7. kel – ” but strategically, its existence contributes to economic and social prosperity / development (e.g. enforcing EEZ claims, convincing foreign investments their long-term investments in Malaysia is safe, convincing big powers that Malaysia is a worthwhile ally / partner).”

    These parts required no changes in narrative as it is well known not just to the politicians, the burocrat, the military but even ordinary Malaysian.

    The problems had always been money. Money that could comes from escaping the middle income trap by way of more high value added FDI from the west particularly the US, which they aren’t fond of giving (for now) due to their anti globalization sentiments among their voters.

    US for now are only interested in giving security partnership but not economics. Without US economics partnership we can’t go around buying weapons or behave in a way that the Chinese would found distasteful as they would imposed (like OZ had experience) an economics cost and if PRC imposed the economics cost onto us at the time when the US are unwilling to compensate then we would have less money tomorrow then we had yesterday.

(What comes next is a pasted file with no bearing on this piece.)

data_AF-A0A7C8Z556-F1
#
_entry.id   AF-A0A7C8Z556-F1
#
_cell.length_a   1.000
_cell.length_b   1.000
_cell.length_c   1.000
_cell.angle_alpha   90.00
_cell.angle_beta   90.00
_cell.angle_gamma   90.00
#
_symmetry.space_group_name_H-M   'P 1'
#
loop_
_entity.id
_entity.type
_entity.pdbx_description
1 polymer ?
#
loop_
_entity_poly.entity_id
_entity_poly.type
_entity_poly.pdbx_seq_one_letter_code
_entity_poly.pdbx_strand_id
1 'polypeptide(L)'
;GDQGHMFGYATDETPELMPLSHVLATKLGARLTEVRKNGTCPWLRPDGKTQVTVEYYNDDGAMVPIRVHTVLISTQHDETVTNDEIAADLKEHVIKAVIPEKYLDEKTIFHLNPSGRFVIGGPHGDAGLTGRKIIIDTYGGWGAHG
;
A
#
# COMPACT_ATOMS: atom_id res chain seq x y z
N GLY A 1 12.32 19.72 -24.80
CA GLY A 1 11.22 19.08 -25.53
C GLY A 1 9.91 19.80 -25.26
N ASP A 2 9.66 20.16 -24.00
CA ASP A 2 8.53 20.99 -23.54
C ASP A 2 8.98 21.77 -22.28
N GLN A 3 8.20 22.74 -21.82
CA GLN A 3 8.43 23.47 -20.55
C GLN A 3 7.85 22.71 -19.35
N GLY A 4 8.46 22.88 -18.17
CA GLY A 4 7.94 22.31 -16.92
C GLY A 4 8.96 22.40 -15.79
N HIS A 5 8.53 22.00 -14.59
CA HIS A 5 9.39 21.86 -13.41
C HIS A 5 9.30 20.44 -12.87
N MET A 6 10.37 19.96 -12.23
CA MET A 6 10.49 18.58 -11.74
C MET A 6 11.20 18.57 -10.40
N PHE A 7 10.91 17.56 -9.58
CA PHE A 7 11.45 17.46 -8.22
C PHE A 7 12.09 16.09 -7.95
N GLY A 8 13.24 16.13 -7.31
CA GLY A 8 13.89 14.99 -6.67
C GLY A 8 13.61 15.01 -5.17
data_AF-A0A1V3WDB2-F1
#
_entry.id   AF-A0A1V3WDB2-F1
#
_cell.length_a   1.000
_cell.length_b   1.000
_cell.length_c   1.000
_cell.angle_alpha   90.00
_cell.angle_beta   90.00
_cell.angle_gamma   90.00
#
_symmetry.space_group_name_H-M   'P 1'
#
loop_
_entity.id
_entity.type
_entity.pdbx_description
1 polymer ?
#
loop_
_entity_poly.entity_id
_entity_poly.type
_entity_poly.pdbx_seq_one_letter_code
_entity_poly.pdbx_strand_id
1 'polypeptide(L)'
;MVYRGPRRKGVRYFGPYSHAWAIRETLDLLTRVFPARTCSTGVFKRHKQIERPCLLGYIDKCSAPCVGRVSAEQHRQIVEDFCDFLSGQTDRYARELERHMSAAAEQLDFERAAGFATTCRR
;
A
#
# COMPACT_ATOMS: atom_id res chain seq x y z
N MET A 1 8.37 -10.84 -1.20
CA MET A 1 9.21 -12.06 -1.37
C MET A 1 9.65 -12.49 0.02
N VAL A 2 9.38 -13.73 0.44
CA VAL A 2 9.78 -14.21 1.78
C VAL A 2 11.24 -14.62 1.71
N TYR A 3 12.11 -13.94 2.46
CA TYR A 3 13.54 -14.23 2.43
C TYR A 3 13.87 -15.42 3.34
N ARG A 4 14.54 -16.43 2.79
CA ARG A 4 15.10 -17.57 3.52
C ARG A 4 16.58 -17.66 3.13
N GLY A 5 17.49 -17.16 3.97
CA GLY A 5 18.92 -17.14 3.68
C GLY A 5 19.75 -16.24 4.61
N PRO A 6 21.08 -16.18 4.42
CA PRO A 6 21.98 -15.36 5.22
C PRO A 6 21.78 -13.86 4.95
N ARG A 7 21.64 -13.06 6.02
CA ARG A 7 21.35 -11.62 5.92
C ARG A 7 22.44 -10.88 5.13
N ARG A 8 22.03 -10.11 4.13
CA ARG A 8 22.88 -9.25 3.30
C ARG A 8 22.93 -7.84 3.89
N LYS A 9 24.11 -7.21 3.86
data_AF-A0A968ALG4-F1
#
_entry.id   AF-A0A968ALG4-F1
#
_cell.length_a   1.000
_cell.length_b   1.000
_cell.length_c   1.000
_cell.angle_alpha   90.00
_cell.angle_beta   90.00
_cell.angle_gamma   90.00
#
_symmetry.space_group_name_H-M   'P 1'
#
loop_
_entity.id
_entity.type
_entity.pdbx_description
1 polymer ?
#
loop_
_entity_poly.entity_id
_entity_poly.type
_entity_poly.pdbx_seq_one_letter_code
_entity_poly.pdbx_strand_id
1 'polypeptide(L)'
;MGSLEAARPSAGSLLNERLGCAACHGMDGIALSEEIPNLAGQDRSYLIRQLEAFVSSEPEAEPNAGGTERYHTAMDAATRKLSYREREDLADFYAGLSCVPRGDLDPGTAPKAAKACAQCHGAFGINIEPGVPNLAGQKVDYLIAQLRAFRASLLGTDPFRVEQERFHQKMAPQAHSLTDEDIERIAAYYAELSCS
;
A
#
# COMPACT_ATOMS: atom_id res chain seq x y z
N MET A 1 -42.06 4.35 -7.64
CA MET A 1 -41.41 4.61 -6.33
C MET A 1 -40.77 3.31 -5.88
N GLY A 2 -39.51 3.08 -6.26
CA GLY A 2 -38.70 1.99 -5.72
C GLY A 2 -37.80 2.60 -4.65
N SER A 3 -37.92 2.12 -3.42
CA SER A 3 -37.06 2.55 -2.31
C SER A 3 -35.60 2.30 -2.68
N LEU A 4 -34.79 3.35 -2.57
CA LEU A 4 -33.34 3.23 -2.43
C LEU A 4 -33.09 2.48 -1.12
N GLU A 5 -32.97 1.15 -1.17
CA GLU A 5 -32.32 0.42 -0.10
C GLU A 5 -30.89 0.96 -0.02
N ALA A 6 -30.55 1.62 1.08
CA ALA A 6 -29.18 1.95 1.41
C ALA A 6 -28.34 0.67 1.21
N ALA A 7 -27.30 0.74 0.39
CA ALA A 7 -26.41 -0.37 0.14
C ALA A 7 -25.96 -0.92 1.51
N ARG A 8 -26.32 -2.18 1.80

Another thing is our pretty horrible defense industry policy. Most often then not our defense firms act mostly as postman rather than producers and a lot of our voters do favor these approaches due to the perception of quality of direct purchase foreign goods thus the economics & social prosperity from defense purchased are never realized. It’s not increasing our FDI,HDI nor GDP. It RRI is horrible and thus why it loses out in funding in favor for more impactful RRI project like railway or highway.

  8. zaft – ”US for now are only interested in giving security partnership but not economics.”

    Incorrect. Not ”for now” but for decades. It realises that economic development/prosperity and security go hand in hand. look at the Marshall Plan and how the U.S. practically rebuilt post war Japan.

    zaft – ”Most often then not our defense firms act mostly as postman rather than producers our defense firms act mostly as postman rather than producers”

    ”Most often then not” they are just ”agents” in the truest sense of the word. To be fair a select few have made made the transition to being more than just agents and do offer value.

  9. That was some 20 years ago, now it’s optional for 55, mandatory is 60
    But some continue beyond their retirement on contract basis

Leave a Reply

Your email address will not be published.


*